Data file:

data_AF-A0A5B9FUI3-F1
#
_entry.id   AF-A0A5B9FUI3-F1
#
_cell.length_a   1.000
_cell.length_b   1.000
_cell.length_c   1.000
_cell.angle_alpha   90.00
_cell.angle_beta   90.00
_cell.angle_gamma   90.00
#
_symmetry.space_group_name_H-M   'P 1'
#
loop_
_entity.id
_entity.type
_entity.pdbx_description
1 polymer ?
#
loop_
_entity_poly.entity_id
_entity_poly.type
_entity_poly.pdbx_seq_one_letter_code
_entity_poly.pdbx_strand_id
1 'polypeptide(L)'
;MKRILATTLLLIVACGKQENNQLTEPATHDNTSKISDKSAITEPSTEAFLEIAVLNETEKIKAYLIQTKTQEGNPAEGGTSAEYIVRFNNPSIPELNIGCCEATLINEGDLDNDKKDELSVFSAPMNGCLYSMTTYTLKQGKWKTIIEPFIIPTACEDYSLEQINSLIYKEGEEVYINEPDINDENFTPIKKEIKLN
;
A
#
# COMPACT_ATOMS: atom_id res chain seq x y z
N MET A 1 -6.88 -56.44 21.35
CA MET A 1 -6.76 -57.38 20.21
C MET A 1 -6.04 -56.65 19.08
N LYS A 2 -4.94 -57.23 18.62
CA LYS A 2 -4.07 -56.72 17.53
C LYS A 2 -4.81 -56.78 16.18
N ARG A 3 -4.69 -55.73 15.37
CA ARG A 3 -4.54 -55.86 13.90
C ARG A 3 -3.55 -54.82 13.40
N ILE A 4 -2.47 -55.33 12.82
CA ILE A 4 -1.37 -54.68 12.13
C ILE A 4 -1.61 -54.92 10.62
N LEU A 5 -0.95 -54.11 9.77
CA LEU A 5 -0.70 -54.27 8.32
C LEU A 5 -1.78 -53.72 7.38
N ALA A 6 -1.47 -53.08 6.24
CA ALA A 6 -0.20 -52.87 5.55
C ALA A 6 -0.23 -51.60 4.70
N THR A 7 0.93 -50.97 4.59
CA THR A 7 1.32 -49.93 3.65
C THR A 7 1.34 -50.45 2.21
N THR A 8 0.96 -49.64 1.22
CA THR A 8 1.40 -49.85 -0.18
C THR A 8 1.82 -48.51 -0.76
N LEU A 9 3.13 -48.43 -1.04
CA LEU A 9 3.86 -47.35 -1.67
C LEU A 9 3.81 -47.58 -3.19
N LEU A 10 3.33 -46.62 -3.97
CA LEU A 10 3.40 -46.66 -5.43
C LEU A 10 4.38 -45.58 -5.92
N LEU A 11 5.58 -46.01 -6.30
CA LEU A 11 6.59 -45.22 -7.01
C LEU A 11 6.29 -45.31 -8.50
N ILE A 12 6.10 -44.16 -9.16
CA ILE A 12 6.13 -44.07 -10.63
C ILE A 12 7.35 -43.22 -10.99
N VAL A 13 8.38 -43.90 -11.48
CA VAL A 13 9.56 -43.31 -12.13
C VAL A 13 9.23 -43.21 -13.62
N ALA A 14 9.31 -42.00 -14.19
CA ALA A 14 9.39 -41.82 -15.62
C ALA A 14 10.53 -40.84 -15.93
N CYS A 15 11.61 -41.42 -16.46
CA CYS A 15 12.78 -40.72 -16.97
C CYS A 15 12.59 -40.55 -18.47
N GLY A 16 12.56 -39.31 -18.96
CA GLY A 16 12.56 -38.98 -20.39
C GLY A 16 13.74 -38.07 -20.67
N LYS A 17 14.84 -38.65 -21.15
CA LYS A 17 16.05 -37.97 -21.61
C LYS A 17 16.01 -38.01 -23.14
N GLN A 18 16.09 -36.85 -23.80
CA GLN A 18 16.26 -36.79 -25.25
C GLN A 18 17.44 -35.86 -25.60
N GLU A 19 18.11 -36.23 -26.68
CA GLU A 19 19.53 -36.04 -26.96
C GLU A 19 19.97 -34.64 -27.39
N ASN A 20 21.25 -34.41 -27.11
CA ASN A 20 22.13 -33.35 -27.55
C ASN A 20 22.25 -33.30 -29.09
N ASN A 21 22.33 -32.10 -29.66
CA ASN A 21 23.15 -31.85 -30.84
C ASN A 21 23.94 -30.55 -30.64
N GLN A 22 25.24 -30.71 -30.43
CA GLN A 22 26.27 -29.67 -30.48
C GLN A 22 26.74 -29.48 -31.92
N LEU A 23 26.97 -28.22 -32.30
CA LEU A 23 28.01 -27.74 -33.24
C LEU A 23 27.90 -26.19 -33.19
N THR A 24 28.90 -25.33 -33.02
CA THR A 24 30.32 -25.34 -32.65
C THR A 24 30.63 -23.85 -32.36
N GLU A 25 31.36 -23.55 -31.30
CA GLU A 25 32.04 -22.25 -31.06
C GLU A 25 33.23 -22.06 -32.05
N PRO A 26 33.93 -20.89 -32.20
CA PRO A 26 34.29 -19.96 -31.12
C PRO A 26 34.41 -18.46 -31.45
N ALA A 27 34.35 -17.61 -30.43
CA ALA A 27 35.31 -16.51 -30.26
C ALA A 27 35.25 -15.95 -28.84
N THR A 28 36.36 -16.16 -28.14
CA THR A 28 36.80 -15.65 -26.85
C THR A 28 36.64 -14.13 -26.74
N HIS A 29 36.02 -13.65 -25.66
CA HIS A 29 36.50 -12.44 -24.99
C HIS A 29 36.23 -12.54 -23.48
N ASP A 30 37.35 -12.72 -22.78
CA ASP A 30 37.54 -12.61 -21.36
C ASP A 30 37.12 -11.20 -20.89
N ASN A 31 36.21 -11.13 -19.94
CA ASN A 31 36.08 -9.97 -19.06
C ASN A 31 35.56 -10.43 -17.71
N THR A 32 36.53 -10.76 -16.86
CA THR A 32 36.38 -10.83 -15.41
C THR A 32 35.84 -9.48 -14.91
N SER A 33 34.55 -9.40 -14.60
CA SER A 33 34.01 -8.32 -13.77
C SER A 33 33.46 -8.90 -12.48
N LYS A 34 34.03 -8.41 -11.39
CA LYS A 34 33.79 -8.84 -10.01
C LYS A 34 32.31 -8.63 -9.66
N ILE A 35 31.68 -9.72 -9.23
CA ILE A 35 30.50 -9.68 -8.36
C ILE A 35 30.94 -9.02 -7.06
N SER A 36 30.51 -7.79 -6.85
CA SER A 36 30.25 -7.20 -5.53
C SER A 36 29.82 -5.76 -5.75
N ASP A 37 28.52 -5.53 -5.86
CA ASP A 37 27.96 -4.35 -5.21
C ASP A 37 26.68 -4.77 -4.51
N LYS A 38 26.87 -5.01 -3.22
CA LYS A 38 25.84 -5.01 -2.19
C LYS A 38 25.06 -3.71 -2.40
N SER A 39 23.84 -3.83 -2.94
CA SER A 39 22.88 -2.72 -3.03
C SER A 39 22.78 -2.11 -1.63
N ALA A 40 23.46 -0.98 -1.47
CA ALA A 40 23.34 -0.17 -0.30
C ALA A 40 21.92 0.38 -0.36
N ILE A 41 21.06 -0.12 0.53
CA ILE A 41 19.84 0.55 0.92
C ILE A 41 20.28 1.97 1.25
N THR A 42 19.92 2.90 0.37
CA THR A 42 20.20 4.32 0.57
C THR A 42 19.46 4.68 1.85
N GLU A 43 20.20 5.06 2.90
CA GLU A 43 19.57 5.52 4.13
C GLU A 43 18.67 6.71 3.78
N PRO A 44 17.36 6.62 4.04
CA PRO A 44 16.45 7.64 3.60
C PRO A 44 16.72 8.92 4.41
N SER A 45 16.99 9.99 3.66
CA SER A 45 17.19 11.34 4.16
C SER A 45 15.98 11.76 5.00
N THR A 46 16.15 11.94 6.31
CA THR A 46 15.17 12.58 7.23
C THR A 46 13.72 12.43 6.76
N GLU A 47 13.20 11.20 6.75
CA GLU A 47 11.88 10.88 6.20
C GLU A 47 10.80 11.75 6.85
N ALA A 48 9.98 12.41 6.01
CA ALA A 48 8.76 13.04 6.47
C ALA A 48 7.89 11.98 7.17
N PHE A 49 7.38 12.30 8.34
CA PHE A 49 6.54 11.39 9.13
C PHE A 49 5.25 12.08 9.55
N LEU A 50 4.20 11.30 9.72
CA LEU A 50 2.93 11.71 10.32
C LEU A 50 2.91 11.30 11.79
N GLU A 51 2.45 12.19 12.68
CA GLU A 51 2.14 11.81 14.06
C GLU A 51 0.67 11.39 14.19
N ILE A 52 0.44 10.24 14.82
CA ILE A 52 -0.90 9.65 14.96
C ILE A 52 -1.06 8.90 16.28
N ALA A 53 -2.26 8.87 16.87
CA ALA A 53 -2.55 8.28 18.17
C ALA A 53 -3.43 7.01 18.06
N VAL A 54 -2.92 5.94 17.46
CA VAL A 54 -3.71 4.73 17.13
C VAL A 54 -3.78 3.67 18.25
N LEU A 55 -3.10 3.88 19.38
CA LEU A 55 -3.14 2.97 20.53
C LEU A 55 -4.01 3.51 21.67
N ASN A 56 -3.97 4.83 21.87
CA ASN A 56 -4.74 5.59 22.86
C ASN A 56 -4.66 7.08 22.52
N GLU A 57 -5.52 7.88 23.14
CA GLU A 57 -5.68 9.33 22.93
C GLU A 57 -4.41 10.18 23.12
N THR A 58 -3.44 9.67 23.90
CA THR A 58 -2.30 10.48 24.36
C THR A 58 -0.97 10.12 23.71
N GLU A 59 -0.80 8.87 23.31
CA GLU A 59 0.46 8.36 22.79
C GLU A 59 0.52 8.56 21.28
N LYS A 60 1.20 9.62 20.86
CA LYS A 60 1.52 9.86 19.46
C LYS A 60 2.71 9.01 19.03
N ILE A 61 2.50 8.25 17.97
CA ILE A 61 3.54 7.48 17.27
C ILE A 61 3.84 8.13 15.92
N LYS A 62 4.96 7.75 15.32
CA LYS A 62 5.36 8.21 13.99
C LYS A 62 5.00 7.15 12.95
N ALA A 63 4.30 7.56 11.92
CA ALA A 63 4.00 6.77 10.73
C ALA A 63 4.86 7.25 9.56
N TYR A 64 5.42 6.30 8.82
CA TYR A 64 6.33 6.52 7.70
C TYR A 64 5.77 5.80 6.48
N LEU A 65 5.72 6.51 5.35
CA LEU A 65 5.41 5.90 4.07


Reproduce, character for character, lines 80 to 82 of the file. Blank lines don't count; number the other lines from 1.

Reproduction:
CA LYS A 17 16.05 -37.97 -21.61
C LYS A 17 16.01 -38.01 -23.14
N GLN A 18 16.09 -36.85 -23.80